Fredericksburg, Virginia — The American South (Mid-Atlantic)
Historic Old Mill District
Fredericksburg’s Historic Old Mill District dates its origins to the earliest settlers along the Rappahannock River. This walking tour takes you through what can be considered the city’s first industrial park as it winds along the Rappahannock and a parallel canal. These waterways and the power they provided allowed this 18th, 19th, and early 20th century industrial area to flourish.
1. Indian Punch Bowl
Although the origins of this stone basin are not certain, it is said to have been used by the Indians during hunting festivals as a punch bowl. Found by Major Francis Thornton (1682-1758) upon his land, it was inscribed by Thornton “1720.”
2. Site First Mill (1720)
Owned by Francis Thornton, whose lands encompassed this area, the first mill ground produce of the the Thornton plantation into meal and flour . Such mills were necessary in early colonial times, because plantations were self-sufficient.
3. 1907 Dam and Gates
This dam and gate structure replaced an older dam dated back to the early 1800’s. Made of concrete, the newer dam was said to be “State of the art” and replaced the deteriorating older dam.
4. Site Rappahannock Electric Light & Power Company
5. Bridgewater Mills Foundations (1822)
This 150’ x 40’ brick mill, which was five stories high in part, could ship 150 barrels of flour and 400 bushels of corn per day. The first telephone in Virginia was hooked up between this mill and downtown. The mill won the silver medal at the 1878 Paris International Exposition. Nearby Cooper Chop and Woodwork Shop The Cooper Shop made barrels that were used to ship the flour from the mill. A wood-working shop, also near the mill, utilized tools which were run by water power.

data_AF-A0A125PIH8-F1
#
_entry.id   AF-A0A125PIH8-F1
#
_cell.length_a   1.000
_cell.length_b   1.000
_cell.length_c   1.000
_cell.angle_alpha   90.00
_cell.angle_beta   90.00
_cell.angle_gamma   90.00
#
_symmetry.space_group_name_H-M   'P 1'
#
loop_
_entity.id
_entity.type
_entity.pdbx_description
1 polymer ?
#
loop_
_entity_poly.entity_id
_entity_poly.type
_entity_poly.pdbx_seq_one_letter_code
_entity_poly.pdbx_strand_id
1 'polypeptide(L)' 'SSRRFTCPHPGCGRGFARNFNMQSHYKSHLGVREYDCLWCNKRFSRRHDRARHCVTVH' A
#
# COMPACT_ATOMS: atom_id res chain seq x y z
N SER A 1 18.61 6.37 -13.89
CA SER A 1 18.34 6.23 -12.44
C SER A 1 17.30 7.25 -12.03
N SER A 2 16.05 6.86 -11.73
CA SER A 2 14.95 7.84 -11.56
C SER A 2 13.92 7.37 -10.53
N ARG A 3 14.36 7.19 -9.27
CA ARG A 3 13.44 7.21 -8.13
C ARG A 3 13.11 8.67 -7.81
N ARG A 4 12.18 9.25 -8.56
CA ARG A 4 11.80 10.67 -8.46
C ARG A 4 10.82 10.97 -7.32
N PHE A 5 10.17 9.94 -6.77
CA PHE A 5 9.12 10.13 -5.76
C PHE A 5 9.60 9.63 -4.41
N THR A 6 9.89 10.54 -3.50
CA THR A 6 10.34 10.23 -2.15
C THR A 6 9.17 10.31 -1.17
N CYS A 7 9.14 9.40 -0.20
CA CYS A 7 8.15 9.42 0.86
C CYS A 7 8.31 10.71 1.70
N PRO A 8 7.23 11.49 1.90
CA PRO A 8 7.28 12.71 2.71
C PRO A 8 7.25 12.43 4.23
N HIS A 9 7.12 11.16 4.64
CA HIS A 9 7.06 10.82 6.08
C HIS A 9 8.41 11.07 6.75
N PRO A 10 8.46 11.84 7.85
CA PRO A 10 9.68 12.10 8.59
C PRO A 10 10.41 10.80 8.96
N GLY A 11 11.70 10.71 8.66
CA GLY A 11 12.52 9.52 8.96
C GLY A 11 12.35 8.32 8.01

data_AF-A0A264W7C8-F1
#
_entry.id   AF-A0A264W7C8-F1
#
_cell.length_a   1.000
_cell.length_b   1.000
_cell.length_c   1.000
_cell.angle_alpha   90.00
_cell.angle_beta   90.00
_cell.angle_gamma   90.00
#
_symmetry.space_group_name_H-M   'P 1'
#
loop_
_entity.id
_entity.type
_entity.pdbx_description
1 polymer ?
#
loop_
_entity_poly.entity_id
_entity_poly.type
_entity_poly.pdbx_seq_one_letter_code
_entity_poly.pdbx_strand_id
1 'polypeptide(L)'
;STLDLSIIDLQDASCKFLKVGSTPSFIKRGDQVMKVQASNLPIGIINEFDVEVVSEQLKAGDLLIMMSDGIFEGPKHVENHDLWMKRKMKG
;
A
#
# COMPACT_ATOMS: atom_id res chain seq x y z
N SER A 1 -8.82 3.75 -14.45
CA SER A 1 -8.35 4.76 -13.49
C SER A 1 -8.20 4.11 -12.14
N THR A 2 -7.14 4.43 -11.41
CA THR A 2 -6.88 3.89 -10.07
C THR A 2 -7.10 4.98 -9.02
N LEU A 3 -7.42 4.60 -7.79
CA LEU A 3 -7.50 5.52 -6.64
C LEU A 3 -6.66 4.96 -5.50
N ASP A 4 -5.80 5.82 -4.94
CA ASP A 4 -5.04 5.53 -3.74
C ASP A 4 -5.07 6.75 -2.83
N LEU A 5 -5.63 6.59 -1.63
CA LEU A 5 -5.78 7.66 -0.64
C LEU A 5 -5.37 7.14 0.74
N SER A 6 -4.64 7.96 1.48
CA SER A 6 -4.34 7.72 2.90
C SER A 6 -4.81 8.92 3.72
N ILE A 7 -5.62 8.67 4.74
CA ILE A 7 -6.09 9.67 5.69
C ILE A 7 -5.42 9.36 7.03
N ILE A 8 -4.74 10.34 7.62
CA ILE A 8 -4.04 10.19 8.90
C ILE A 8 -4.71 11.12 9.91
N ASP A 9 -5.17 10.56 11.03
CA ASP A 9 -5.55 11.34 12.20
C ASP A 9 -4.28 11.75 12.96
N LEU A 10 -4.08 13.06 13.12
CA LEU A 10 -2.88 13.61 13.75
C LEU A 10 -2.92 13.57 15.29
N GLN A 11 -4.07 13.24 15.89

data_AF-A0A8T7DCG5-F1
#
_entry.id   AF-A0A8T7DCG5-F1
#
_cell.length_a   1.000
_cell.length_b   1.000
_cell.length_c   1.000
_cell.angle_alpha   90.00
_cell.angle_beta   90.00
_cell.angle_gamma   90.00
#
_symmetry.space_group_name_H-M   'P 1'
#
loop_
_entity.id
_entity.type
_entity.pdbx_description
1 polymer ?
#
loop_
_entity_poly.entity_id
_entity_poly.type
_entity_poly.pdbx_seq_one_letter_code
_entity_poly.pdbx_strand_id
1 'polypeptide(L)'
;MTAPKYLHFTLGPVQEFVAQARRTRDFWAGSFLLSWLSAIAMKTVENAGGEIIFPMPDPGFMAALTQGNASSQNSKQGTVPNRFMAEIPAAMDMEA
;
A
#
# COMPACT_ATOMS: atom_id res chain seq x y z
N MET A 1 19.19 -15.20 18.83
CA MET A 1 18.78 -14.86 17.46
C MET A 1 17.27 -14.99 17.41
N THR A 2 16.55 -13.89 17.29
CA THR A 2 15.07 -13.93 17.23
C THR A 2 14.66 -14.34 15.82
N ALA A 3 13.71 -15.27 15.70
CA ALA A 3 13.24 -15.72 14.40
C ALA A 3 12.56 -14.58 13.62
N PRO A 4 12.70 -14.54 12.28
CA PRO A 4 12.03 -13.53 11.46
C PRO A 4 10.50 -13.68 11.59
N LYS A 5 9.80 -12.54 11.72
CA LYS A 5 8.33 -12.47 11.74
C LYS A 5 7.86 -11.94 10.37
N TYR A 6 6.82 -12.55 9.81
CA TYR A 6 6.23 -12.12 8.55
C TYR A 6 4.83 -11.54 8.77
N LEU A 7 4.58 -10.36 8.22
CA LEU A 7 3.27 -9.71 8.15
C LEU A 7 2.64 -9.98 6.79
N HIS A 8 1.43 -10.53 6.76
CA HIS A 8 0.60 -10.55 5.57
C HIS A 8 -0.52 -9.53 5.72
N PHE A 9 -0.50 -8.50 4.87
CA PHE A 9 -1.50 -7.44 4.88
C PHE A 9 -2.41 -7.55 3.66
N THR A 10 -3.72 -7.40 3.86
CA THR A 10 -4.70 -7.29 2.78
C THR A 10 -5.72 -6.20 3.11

6. Knox Bone Mill and Sumac Mill Foundations
In the 19th century, these mills ground bone into fertilizer for regional use in farming, Sumac, which grows locally, and was used in tanning leather and dyeing textiles, was also extracted from leaves of the sumac tree for sale throughout the United States. Sumac provided income to many Fredericksburg citizens and was one of the principal industries of the city. The Knox Sumac Mill was one of the largest in Virginia.
Location. Marker is missing. It was located Touch for map. Marker was in this post office area: Fredericksburg VA 22401, United States of America.
Other nearby markers. At least 10 other markers are within walking distance of this location. Contact: An Industrial Society Confronts A Native American Culture (a few steps from this marker); Harnessing The River's Power (within shouting distance of this marker); Amoroleck Encounters John Smith (about 500 feet away, measured in a direct line); Veterans of Foreign Wars Eternal Flame (approx. ¼ mile away); Gari Melchers Home and Studio (approx. 0.3 miles away); Bound for Freedom (approx. 0.3 miles away); A History of Floods (approx. 0.3 miles away); Caretaker Cottage (approx. 0.4 miles away); Welcome To Our Trails (approx. 0.4 miles away); Industrial Interlude (approx. 0.4 miles away). Touch for a list and map of all markers in Fredericksburg.
Related markers. Click here for a list of markers that are related to this marker. To better understand the relationship, study each marker in the order shown.
Also see . . .
1. Walk Through History . . . Mill Sites and Water Power. (Submitted on June 2, 2007, by Dawn Bowen of Fredericksburg, Virginia.)
2. Germania Mill Blaze. (Submitted on June 6, 2007, by Dawn Bowen of Fredericksburg, Virginia.)
Categories. • Industry & Commerce •
Credits. This page was last revised on March 4, 2017. This page originally submitted on June 2, 2007, by Dawn Bowen of Fredericksburg, Virginia. This page has been viewed 1,744 times since then. Last updated on June 10, 2007, by Dawn Bowen of Fredericksburg, Virginia. Photos: 1. submitted on June 2, 2007, by Dawn Bowen of Fredericksburg, Virginia. 2, 3, 4, 5. submitted on June 4, 2007, by Dawn Bowen of Fredericksburg, Virginia. • J. J. Prats was the editor who published this page.